World Rugby gives Fiji union until January to get house in order

The Fiji Rugby Union (FRU) has been given until January 2024 to get its house in order before their position will be reviewed again by World Rugby.

This follows World Rugby's decision to suspend the Fijian rugby union from its council membership.

FRU acting administration officer Sale Sorovaki told local media at the weekend that the governing body has taken the decision following the Fijian government's intervention through the Justice Minister Siromi Turaga a fortnight ago.

Turaga revealed in a meeting with then members of the FRU Board in Suva that Fiji rugby's national management body was operating illegally since 1918 because the registration of the FRU Charitable Trust was not in order.

He has since selected a new Board of Trustees and a special interim administrator, Suva lawyer Simione Valenitabua

Valenitabua attended a World Rugby meeting in Dublin, Ireland on May 11, where he updated World Rugby's governing council on Fiji's situation.

Fiji rugby's process to meet governing and legal requirements according to the Charitable Trusts Act of 1945 will be monitored by the Fiji Association of Sports and National Olympic Committee (FASANOC), under the leadership of president Dr Robin Mitchell and FASANOC vice president and WR rep Cathy Wong.

The world body also confirmed that despite the suspension all of Fiji's national teams will still participate in competitions sanctioned by it, including the HSBC World Sevens Series, the Olympic Games 2024 and the Rugby World Cup.

High performance funding earmarked for Fiji will continue to be received by the FRU.

orld Rugby said the steps taken was to help stabilise the FRU.

"Following recent publicised governance challenges arising within the FRU, World Rugby, together with the FRU, the government Fiji and FASANOC, have set out a collaborative roadmap to ensure short-term stability, continuity of current programmes and protect future preparations for major events, while the wider governance topics are addressed on a long-term basis," World Rugby said in a statement.

The approved roadmap, endorsed by the World Rugby council and executive board, outlines three pillars to restore stability and ringfence the FRU's participation in rugby's international competitions.

These are the high performance and development, governance and daily administration of Fiji rugby and its programs.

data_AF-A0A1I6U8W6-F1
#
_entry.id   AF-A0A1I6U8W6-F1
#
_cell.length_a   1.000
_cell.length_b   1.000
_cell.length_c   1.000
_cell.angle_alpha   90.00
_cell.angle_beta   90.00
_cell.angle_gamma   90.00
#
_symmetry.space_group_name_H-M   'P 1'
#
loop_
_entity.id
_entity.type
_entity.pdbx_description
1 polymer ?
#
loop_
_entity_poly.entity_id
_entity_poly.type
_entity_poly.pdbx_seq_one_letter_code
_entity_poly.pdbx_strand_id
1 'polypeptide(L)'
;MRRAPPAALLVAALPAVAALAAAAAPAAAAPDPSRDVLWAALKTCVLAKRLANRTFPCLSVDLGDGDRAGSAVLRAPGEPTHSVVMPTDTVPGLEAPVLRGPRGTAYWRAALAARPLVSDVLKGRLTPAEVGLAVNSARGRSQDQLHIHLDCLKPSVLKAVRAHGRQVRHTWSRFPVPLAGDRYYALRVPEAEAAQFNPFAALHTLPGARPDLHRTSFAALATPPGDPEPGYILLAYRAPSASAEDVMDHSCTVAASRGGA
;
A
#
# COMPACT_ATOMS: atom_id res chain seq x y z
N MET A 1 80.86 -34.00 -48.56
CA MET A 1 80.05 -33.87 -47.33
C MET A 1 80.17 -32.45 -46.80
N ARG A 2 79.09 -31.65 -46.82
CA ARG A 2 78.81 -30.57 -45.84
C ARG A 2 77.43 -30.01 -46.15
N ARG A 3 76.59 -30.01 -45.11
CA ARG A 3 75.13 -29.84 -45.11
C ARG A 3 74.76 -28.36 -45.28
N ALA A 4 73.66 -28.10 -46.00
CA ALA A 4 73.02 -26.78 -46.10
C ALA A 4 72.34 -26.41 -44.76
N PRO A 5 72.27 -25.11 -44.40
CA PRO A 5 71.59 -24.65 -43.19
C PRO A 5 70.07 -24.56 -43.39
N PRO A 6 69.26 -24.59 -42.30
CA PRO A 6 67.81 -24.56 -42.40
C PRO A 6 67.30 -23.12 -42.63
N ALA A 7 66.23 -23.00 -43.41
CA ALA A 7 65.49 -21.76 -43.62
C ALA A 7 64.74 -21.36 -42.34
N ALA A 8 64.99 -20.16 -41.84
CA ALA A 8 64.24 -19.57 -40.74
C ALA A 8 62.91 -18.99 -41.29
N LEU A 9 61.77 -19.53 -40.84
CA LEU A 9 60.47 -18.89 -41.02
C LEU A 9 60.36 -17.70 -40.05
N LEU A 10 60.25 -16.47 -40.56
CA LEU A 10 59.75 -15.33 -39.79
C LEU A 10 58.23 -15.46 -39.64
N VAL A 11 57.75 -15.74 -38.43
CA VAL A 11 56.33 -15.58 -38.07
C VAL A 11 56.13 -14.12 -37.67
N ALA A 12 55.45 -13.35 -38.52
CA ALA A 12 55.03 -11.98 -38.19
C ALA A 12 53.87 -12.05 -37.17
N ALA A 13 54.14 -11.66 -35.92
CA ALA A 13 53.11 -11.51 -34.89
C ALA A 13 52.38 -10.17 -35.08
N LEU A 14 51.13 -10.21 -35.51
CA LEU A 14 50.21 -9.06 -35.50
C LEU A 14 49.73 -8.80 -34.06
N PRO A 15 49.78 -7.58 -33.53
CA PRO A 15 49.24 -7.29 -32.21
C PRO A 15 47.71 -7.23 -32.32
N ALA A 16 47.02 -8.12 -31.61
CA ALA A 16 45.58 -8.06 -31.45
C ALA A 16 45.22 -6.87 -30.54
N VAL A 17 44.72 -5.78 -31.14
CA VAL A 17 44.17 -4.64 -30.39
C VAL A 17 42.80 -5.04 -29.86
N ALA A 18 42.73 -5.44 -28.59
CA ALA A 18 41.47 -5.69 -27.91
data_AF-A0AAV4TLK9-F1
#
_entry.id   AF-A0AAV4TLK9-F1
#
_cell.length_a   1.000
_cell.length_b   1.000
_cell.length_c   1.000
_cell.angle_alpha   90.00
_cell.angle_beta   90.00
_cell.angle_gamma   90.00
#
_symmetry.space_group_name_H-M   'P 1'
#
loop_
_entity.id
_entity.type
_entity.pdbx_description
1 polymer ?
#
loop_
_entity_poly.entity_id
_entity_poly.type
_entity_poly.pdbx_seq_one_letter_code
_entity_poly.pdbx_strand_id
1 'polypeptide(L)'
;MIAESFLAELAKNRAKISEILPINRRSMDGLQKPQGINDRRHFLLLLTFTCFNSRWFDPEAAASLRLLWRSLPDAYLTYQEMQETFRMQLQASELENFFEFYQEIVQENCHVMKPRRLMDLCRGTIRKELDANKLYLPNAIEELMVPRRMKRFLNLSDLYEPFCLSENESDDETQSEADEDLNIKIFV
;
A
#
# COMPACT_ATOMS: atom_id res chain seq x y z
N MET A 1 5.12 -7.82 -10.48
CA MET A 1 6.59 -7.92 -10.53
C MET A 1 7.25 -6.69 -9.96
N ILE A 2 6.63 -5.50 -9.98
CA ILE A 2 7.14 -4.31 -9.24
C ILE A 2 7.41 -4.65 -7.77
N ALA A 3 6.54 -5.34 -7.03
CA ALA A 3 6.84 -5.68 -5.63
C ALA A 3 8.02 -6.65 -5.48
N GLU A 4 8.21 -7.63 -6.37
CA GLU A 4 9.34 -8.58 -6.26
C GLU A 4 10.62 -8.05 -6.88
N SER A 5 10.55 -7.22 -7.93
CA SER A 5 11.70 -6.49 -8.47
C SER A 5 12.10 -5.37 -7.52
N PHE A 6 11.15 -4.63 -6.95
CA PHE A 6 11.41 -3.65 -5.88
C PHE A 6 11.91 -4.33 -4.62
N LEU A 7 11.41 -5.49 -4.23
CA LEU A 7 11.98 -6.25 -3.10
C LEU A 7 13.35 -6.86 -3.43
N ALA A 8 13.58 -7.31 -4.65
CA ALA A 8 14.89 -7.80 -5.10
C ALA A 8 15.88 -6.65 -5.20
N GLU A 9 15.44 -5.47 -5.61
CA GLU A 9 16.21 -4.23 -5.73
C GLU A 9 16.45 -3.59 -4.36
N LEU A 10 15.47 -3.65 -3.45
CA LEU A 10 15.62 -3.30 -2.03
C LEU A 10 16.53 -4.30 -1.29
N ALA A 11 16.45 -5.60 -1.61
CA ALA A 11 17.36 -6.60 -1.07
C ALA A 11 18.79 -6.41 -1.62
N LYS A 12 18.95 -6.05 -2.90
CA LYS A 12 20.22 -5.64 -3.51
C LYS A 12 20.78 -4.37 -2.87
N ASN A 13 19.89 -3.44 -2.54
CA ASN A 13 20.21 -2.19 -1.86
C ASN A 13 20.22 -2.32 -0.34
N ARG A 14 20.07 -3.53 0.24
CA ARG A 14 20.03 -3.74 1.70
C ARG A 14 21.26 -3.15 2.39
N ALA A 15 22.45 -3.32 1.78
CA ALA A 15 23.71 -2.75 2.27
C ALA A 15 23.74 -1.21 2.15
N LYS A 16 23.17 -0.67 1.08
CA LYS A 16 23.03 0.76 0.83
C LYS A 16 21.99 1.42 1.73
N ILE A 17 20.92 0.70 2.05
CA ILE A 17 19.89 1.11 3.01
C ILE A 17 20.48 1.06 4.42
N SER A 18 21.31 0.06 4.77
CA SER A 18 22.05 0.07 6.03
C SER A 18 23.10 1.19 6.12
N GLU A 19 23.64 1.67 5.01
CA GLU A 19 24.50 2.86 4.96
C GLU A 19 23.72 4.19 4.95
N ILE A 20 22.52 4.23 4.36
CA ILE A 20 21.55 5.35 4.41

"Each pillar has been assigned clear leadership, roles and responsibilities and the overall oversight of the roadmap's implementation have been granted to Dr Robin Mitchell and Cathy Wong. A review of the position will be conducted in January 2024.

In line with good governance practice, at its annual meeting on Thursday, the World Rugby council, following a recommendation by its executive board, took the decision to suspend the FRU from the international federation's council while the robust recovery roadmap is implemented," the WR statement said.

"During this interim period, the FRU will remain a member of World Rugby subject to compliance with conditions set out within shared roadmap developed by the international federation, the FRU, the government of Fiji and FASANOC.

This interim solution will allow the FRU to continue its participation in World Rugby tournaments while protecting high performance programmes for Fiji men's and women's 15s and sevens programmes. It also ensures that Fiji's international teams can prepare as normal for the upcoming Rugby World Cup 2023 in France and qualification for the Paris 2024 Olympic Games."

Meanwhile, former FRU president and former Fijian prime minister Frank Bainimarama claimed on FBC Sports that nothing was wrong with FRU during his tenure.

He blamed the current government for the suspension from World Rugby.

"What has happened is really no good for Fiji rugby. It should have been left alone," Bainimarama said.

"The one thing that world rugby does not like is interference with political people and that is what transpired and that is why things happened."

Bainimarama and his FRU board were forced to resign on May 1 when it was revealed that the FRU was not registered legally as a charitable organisation.